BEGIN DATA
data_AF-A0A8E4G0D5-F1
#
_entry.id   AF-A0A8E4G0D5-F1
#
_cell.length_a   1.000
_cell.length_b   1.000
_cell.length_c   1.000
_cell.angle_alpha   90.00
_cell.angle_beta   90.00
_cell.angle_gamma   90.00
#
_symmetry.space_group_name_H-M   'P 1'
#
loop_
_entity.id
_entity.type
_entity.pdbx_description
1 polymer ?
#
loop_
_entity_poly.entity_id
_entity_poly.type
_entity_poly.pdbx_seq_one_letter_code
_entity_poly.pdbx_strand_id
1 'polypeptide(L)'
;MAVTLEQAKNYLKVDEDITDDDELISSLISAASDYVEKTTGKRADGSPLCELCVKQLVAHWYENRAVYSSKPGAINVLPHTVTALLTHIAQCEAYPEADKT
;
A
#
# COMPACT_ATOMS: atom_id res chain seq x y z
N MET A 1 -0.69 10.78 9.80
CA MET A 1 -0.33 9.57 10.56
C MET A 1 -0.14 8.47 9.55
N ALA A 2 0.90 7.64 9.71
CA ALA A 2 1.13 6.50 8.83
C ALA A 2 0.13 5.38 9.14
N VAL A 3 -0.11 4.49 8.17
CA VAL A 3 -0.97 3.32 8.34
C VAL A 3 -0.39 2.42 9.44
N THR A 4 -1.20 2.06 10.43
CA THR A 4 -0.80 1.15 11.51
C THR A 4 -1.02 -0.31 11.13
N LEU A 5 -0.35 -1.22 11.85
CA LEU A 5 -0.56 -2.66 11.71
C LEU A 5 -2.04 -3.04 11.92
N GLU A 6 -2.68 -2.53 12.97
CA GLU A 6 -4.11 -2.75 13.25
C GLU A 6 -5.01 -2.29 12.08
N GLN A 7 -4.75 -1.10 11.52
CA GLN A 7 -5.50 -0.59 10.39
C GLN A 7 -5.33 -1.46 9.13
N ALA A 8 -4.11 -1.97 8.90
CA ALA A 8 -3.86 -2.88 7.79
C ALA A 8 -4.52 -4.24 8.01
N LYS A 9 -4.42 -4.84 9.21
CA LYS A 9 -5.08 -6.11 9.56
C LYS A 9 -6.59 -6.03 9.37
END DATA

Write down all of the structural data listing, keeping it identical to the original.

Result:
data_AF-A0A8E4G0D5-F1
#
_entry.id   AF-A0A8E4G0D5-F1
#
_cell.length_a   1.000
_cell.length_b   1.000
_cell.length_c   1.000
_cell.angle_alpha   90.00
_cell.angle_beta   90.00
_cell.angle_gamma   90.00
#
_symmetry.space_group_name_H-M   'P 1'
#
loop_
_entity.id
_entity.type
_entity.pdbx_description
1 polymer ?
#
loop_
_entity_poly.entity_id
_entity_poly.type
_entity_poly.pdbx_seq_one_letter_code
_entity_poly.pdbx_strand_id
1 'polypeptide(L)'
;MAVTLEQAKNYLKVDEDITDDDELISSLISAASDYVEKTTGKRADGSPLCELCVKQLVAHWYENRAVYSSKPGAINVLPHTVTALLTHIAQCEAYPEADKT
;
A
#
# COMPACT_ATOMS: atom_id res chain seq x y z
N MET A 1 -0.69 10.78 9.80
CA MET A 1 -0.33 9.57 10.56
C MET A 1 -0.14 8.47 9.55
N ALA A 2 0.90 7.64 9.71
CA ALA A 2 1.13 6.50 8.83
C ALA A 2 0.13 5.38 9.14
N VAL A 3 -0.11 4.49 8.17
CA VAL A 3 -0.97 3.32 8.34
C VAL A 3 -0.39 2.42 9.44
N THR A 4 -1.20 2.06 10.43
CA THR A 4 -0.80 1.15 11.51
C THR A 4 -1.02 -0.31 11.13
N LEU A 5 -0.35 -1.22 11.85
CA LEU A 5 -0.56 -2.66 11.71
C LEU A 5 -2.04 -3.04 11.92
N GLU A 6 -2.68 -2.53 12.97
CA GLU A 6 -4.11 -2.75 13.25
C GLU A 6 -5.01 -2.29 12.08
N GLN A 7 -4.75 -1.10 11.52
CA GLN A 7 -5.50 -0.59 10.39
C GLN A 7 -5.33 -1.46 9.13
N ALA A 8 -4.11 -1.97 8.90
CA ALA A 8 -3.86 -2.88 7.79
C ALA A 8 -4.52 -4.24 8.01
N LYS A 9 -4.42 -4.84 9.21
CA LYS A 9 -5.08 -6.11 9.56
C LYS A 9 -6.59 -6.03 9.37